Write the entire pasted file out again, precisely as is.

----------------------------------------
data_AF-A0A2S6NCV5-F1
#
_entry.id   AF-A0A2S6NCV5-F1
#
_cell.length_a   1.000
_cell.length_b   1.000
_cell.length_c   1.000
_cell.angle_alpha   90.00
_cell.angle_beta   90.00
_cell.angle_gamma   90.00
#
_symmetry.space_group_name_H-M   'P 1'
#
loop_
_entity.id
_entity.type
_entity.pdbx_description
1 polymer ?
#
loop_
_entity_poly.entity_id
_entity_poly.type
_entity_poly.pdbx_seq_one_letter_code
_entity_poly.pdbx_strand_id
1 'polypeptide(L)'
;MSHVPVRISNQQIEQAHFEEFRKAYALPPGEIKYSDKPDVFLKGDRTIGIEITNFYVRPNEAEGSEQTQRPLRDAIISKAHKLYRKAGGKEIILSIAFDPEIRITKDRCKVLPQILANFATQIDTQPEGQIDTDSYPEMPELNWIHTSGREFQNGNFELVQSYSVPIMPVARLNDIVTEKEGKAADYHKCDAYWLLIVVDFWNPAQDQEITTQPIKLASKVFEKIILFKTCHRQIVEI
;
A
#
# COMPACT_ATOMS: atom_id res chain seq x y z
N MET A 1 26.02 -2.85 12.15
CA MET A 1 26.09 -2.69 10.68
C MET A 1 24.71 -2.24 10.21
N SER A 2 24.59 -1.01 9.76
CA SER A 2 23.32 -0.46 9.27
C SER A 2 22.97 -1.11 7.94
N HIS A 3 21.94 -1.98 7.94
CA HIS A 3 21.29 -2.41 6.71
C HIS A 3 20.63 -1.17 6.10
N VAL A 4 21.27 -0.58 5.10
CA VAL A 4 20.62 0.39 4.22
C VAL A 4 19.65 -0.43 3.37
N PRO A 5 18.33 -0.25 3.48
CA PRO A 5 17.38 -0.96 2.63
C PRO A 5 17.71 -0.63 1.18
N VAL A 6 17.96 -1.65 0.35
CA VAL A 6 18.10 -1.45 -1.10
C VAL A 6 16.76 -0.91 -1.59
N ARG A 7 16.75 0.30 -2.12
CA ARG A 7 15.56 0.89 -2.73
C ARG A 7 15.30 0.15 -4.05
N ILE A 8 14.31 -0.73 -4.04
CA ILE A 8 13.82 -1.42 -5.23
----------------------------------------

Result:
data_AF-A0A2S6NCV5-F1
#
_entry.id   AF-A0A2S6NCV5-F1
#
_cell.length_a   1.000
_cell.length_b   1.000
_cell.length_c   1.000
_cell.angle_alpha   90.00
_cell.angle_beta   90.00
_cell.angle_gamma   90.00
#
_symmetry.space_group_name_H-M   'P 1'
#
loop_
_entity.id
_entity.type
_entity.pdbx_description
1 polymer ?
#
loop_
_entity_poly.entity_id
_entity_poly.type
_entity_poly.pdbx_seq_one_letter_code
_entity_poly.pdbx_strand_id
1 'polypeptide(L)'
;MSHVPVRISNQQIEQAHFEEFRKAYALPPGEIKYSDKPDVFLKGDRTIGIEITNFYVRPNEAEGSEQTQRPLRDAIISKAHKLYRKAGGKEIILSIAFDPEIRITKDRCKVLPQILANFATQIDTQPEGQIDTDSYPEMPELNWIHTSGREFQNGNFELVQSYSVPIMPVARLNDIVTEKEGKAADYHKCDAYWLLIVVDFWNPAQDQEITTQPIKLASKVFEKIILFKTCHRQIVEI
;
A
#
# COMPACT_ATOMS: atom_id res chain seq x y z
N MET A 1 26.02 -2.85 12.15
CA MET A 1 26.09 -2.69 10.68
C MET A 1 24.71 -2.24 10.21
N SER A 2 24.59 -1.01 9.76
CA SER A 2 23.32 -0.46 9.27
C SER A 2 22.97 -1.11 7.94
N HIS A 3 21.94 -1.98 7.94
CA HIS A 3 21.29 -2.41 6.71
C HIS A 3 20.63 -1.17 6.10
N VAL A 4 21.27 -0.58 5.10
CA VAL A 4 20.62 0.39 4.22
C VAL A 4 19.65 -0.43 3.37
N PRO A 5 18.33 -0.25 3.48
CA PRO A 5 17.38 -0.96 2.63
C PRO A 5 17.71 -0.63 1.18
N VAL A 6 17.96 -1.65 0.35
CA VAL A 6 18.10 -1.45 -1.10
C VAL A 6 16.76 -0.91 -1.59
N ARG A 7 16.75 0.30 -2.12
CA ARG A 7 15.56 0.89 -2.73
C ARG A 7 15.30 0.15 -4.05
N ILE A 8 14.31 -0.73 -4.04
CA ILE A 8 13.82 -1.42 -5.23